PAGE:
homeownership externalities evidence from rotterdam n.
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  1. Homeownership externalities, evidence from Rotterdam Ruben Cox, Dirk Brounen and Peter Neuteboom ERES Annual Meeting 2010 Milan

  2. U.S. Department of Housing and Urban Development Is the ‘ American Dream’ still alive?

  3. Research questions • Does homeownership create positive external effects in neighborhoods? • How do these effects materialize outside the U.S.? • Are these external effects – if any – subject to diminishing returns in increases in ownership-rates?

  4. Motivation • The subprime crisis Foreclosures reached records in 2009, since low-income households were defaulting on their mortgages (Levy, 2009; FT, 2009) 2) The academic literature Past studies have been plagued by endogeneity problems which creates problems when trying to derive causal relationships (Haurin et al., 2003; Dietz, 2002) So results might be rather a result of self-selection than the act of homeownership itself (Shlay, 2006) Solutions to this problem: natural experiments such as the Moving to Opportunity Programme (Katz et al., 2001) or Individual Development Accounts (Engelhardt et al., 2010)

  5. Motivation (2) Moreover, the evidence so far is primarily U.S. based: - Engelhardt et al. 2010: political and neighborhood involvement, maintenance in Tulsa, OK - Hilber 2005: externality risk and ownership probability, AHS - Harkness & Newman 2002: ownership improves children's outcomes, PSID - Glaeser & Sacerdote 2000: influence of the building type on various social indicators, GSS U.S. - DiPasquale & Glaeser 1999: variety of social indicators, GSS U.S. - Green & White 1997: performance of children in school, PSID/PUMS - Rohe & Stewart 1996: neighborhood stability (length of tenure), U.S. MSA’s There is very limited evidence from outside U.S. (such as Holland)..: • Kleinhans et al. 2007: impact of ownership on social capital in restructured neighborhoods, Rotterdam • Van Beckhoven & Van Kempen 2003: effects of urban restructuring in Amsterdam and Utrecht ..While there are major differences between Dutch and U.S. housing markets: • Current ownership levels 68% U.S. vs. 55% Holland • Marginal income tax-rates 35% U.S. vs. 52% Holland • Holland has one of the biggest social renting sectors in Europe 75% of rental properties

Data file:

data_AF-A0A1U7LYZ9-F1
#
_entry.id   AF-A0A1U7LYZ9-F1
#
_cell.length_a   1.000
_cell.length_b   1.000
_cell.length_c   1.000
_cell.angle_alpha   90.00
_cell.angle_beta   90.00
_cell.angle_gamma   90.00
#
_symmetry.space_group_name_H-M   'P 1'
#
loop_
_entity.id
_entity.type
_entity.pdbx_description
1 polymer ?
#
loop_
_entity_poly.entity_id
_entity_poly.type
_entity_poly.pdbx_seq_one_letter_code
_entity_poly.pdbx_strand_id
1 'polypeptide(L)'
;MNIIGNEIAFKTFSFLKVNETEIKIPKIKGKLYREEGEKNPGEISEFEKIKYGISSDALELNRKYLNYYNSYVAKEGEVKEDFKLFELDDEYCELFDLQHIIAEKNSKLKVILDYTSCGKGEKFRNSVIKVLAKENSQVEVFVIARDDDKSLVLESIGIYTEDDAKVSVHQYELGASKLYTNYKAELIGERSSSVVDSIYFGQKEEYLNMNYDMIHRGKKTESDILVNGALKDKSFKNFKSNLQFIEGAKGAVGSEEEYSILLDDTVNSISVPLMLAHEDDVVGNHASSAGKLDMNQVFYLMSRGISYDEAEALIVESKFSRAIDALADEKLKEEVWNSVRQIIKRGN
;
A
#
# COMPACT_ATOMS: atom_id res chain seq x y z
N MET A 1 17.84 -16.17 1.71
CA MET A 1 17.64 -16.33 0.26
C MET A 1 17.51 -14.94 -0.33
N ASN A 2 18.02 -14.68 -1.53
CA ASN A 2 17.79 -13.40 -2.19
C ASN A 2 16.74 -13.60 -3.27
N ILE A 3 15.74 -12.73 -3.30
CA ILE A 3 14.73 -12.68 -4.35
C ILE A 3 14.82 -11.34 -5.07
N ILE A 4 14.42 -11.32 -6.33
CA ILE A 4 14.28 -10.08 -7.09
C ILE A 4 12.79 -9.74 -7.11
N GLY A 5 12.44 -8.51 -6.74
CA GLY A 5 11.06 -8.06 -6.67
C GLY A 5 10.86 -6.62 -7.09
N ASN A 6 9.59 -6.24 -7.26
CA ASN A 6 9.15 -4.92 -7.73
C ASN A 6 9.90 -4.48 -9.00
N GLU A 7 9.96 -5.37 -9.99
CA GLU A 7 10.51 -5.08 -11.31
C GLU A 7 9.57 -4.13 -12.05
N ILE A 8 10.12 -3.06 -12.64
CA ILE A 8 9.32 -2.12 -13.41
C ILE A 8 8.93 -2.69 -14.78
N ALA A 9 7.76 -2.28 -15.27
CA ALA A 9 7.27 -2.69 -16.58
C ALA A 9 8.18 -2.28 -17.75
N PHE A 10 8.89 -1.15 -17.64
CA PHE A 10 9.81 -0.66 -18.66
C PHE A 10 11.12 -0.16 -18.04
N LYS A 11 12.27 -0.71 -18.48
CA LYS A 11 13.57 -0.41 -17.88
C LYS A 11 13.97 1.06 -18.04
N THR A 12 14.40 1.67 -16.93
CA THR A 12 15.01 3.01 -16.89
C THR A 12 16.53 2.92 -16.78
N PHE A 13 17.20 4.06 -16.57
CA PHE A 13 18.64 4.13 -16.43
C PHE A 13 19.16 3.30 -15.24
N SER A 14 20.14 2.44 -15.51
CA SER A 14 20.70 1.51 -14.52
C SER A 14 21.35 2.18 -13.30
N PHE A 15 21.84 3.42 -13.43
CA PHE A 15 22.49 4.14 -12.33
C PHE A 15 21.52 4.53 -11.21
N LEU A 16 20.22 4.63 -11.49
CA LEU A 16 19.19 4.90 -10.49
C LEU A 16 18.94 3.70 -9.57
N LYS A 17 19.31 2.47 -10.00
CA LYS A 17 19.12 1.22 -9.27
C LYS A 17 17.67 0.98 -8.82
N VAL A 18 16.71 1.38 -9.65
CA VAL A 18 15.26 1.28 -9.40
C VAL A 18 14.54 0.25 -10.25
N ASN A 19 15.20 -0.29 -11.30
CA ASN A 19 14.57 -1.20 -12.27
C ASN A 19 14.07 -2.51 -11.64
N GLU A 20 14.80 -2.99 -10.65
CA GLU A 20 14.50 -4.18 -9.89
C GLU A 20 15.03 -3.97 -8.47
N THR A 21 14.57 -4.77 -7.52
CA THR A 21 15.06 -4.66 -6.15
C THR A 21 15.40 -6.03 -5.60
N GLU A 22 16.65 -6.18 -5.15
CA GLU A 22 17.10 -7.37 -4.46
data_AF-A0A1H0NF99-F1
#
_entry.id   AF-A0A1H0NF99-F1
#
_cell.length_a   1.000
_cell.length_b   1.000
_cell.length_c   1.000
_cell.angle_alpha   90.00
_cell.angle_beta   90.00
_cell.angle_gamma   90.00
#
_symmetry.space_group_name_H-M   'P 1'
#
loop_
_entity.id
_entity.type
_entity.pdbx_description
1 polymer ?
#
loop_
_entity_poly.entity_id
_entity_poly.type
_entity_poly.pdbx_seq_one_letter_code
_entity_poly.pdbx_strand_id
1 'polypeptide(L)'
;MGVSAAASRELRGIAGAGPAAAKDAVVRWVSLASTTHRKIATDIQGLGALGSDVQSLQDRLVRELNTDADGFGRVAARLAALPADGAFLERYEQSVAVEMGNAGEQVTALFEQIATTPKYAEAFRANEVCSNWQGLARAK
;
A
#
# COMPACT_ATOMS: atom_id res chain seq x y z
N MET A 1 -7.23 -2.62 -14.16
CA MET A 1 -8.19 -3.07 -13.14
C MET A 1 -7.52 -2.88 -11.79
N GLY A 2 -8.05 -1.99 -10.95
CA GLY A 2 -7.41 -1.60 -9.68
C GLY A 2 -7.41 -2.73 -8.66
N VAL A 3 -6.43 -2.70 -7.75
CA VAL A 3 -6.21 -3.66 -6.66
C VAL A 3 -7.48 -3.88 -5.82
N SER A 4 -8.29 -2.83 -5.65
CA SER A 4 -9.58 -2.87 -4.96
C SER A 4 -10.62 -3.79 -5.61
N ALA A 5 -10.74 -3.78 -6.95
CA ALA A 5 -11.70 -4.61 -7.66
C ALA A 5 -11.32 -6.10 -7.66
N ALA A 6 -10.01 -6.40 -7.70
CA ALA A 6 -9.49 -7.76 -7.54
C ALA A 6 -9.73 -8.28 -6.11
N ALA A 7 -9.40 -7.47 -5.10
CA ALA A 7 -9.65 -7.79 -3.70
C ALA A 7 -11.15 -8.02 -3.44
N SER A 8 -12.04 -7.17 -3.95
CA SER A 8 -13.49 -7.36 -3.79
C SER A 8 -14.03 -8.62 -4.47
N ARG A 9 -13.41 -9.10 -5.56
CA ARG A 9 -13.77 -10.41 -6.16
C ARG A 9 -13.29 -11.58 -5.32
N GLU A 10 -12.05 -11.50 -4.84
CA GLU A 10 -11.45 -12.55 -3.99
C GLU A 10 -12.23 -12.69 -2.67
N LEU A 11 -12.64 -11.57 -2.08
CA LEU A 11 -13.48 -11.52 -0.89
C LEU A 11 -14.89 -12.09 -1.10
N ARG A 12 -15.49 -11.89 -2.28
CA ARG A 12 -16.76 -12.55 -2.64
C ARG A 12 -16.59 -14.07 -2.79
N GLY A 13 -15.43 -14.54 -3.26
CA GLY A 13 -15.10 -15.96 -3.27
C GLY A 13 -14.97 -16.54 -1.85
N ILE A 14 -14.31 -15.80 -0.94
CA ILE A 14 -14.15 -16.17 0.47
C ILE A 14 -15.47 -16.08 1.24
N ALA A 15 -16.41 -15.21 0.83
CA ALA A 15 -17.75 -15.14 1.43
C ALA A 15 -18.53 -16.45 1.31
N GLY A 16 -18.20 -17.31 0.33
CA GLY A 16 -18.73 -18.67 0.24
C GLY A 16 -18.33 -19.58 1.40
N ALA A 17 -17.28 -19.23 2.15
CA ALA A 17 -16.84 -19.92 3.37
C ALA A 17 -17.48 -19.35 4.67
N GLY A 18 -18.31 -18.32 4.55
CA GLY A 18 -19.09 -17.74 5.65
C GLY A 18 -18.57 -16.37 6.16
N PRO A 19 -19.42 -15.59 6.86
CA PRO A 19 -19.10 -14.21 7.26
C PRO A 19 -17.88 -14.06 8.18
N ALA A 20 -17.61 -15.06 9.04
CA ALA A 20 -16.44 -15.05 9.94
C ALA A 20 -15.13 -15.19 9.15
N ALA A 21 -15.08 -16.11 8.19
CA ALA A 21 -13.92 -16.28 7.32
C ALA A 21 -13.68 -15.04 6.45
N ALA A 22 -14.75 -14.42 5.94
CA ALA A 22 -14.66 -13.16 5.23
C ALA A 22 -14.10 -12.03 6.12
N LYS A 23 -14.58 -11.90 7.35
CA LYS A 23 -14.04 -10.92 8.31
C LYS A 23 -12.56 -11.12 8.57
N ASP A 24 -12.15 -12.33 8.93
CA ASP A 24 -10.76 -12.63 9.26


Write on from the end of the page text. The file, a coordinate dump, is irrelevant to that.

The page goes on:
6. Data and Methodology • Panel dataset for 75 neighborhoods in Rotterdam over an 8 year time frame • Panel-data regression OLS/IV with FE • Measures for external effects: • Neighborhood safety index (based on reported crimes and survey data), N = 483 • Neighborhood satisfaction (based on survey data), N = 434 • Participation in local elections, N = 130 • Controlling for: Ownership-rates, household income, percentage elderly people, tenure length, overoccupation-, size- and age of houses, unemployment and welfare rates, address density.

  7. Results of OLS and IV estimations • Controlling for: household income, percentage elderly people, tenure length, overoccupation-, • size- and age of houses, unemployment and welfare rates, address density. • Ownership-rates are instrumented by the percentage of houses offering ≥ 4 rooms in model 4-6. • Robustness checks for multicollinearity, autoregressive behavior and autocorrelation do not • materially change the results

  8. Non-linear effects of homeownership: a model • Engelhardt et al., 2010; Haurin et al., 2003, Galster et al, 2000 hypothesize a non-linear relationship between ownership rates and external effects • We hypothesize that this effect is diminishing when homeownership-rates become larger: that is the marginal increase in external effects is becoming smaller as ownership-rates become larger • Consider the following model: Y = AKawhere; Y denotes level of external effects A is a constant K denotes ownership-rates a is elasticity This function is increasing and concave when A, K > 0and 0 < a < 1

  9. Multivariate results • Rewriting the model: Ln(Y) = Ln(A) + aLn(K) + ε with ε IID(0,σ²) • We estimate this model twice: • Once with the original log ownership-rates (panel A) • Once with the fitted values of a regression of ownership rates on all controls (panel B) • Estimated coefficients in panel B are almost twice as large • The function is indeed increasing and concave since 0 <a < 1 and A > 0 is satisfied

  10. Marginal analysis of the impact of ownership-rates • Consider two scenario’s where • ownership increases: • Scenario 1: 10% increase to 15% • Scenario 2: 10% increase to 60% • Predicted impact on external effects: • Safety: 1.65/2.26 vs. 0.49/1.0 • Satisfaction: 8.1%/1.6% vs. 16.5%/4.3% • Voting: 7.1%/1.5% vs/ 9.5%/2.2% • Marginal change decreases quite • dramatically • A case-study points that the ‘truth’ is • somewhere between the two estimates

  11. Before (and during)… After… Case-study: Wallis-blok (pre- and post 2004) in Spangen

  12. Results of the case-study: observed vs. predicted changes in external effects

  13. Conclusions • Ownership-rates are related to external neighborhood effects, even when allowing ownership-rates to be endogenous. • The differences in institutional context between U.S. and the Netherlands are not directly influencing the way external effects materialize. • We find a increasing concave relationship between ownership-rates and external effects, indicating that increases in ownership-rates creates diminishing returns in external effects. • The marginal increase in external effects is already very small once ownership-rates reach levels around 55 percent.

  14. Thank you for your attention!